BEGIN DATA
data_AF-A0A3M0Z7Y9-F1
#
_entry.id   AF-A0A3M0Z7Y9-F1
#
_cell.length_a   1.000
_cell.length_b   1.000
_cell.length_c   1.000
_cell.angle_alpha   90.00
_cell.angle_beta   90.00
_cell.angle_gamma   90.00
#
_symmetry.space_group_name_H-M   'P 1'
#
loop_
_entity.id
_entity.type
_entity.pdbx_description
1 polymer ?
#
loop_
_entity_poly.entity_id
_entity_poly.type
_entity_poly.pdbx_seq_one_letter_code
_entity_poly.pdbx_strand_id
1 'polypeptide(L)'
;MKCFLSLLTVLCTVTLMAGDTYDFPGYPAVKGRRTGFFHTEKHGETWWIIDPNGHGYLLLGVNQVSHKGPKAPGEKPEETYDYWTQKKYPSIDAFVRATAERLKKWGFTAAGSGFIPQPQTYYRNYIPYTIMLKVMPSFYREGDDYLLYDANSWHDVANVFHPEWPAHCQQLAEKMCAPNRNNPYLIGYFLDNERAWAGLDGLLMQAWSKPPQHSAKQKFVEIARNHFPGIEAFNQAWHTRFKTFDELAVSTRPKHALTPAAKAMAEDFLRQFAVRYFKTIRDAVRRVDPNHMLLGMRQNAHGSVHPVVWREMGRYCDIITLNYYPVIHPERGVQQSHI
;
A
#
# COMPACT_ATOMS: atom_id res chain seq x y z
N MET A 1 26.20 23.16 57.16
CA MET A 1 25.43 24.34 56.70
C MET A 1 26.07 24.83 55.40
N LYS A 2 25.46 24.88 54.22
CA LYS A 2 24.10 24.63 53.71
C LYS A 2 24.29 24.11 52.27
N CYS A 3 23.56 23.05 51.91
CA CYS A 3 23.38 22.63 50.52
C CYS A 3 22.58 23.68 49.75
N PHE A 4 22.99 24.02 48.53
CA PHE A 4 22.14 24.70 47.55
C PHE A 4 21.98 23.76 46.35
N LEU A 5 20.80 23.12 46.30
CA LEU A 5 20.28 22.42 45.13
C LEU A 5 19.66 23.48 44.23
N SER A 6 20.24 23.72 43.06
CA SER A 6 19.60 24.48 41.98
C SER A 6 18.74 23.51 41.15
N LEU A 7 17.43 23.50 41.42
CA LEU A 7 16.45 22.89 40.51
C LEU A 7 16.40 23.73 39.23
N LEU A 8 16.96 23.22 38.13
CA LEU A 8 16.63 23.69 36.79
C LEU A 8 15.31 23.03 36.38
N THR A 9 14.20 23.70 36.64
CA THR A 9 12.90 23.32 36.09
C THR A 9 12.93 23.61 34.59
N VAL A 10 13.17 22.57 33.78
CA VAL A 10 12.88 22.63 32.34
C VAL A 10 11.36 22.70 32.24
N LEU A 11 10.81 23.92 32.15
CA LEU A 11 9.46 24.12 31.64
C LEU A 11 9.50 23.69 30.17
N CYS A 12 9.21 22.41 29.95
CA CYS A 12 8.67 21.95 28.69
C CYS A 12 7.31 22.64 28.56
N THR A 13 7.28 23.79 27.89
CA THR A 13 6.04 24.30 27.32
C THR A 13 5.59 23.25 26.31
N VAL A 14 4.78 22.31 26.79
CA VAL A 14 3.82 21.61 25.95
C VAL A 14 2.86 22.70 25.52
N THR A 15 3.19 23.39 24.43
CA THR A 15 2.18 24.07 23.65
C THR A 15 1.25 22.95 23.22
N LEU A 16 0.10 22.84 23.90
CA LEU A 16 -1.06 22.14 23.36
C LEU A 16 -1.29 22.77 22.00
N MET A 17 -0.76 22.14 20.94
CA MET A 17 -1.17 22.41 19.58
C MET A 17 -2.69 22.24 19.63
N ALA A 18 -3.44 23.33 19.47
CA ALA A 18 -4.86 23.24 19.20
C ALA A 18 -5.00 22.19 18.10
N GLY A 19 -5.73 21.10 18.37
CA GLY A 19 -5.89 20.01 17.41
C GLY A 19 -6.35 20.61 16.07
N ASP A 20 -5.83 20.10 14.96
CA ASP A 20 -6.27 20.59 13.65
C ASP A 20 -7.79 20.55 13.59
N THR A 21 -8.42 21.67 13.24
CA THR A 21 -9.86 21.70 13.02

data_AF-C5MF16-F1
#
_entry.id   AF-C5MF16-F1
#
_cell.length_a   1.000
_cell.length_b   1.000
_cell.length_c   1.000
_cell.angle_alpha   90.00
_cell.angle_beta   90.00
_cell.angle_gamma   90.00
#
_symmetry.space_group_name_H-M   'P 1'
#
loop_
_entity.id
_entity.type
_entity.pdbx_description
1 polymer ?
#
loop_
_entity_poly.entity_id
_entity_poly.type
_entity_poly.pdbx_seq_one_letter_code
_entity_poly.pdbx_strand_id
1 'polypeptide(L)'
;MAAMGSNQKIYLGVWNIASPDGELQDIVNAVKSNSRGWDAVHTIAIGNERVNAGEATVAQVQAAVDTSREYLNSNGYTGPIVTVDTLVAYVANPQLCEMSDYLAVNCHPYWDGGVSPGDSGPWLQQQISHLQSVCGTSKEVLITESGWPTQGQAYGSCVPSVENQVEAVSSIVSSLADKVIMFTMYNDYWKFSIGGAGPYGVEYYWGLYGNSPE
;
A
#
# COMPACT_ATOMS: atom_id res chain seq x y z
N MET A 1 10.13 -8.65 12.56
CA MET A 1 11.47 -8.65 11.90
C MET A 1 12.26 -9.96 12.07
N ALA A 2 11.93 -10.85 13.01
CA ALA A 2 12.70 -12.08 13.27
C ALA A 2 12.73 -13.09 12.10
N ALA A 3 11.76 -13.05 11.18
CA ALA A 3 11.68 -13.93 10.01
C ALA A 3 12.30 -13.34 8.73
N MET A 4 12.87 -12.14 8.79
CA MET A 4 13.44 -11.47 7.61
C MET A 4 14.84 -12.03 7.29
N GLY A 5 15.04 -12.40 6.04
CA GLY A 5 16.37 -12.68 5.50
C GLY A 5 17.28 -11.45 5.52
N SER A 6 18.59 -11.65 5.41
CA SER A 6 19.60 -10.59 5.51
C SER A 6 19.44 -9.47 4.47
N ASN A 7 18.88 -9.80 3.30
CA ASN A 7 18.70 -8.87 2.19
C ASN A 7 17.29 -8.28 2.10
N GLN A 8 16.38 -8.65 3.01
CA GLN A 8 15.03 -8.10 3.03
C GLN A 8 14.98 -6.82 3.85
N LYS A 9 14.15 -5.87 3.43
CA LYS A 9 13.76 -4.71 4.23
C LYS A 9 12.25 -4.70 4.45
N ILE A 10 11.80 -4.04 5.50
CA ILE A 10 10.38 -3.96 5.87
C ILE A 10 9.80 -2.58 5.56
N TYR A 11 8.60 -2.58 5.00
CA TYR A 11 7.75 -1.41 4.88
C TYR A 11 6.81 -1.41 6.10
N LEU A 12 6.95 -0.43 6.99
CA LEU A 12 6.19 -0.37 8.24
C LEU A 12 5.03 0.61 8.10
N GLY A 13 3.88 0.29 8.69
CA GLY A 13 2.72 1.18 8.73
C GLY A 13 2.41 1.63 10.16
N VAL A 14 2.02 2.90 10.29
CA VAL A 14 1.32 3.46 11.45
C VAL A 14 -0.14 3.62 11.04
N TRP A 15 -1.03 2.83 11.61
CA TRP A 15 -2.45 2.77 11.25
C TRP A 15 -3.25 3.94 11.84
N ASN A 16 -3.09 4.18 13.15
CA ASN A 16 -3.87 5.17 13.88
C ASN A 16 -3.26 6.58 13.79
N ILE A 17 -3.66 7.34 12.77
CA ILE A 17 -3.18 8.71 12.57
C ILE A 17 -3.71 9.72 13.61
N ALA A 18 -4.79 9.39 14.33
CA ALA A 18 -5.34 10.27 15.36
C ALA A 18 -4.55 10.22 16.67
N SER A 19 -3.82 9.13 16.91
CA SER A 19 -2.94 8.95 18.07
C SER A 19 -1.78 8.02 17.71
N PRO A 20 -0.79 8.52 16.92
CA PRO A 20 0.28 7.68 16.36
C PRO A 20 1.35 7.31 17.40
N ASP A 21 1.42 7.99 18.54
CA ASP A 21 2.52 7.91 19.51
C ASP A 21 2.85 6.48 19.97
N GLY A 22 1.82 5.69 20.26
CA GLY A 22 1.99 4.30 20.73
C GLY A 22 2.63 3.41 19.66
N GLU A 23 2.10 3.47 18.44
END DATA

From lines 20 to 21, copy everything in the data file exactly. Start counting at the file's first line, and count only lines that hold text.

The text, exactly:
loop_
_entity_poly.entity_id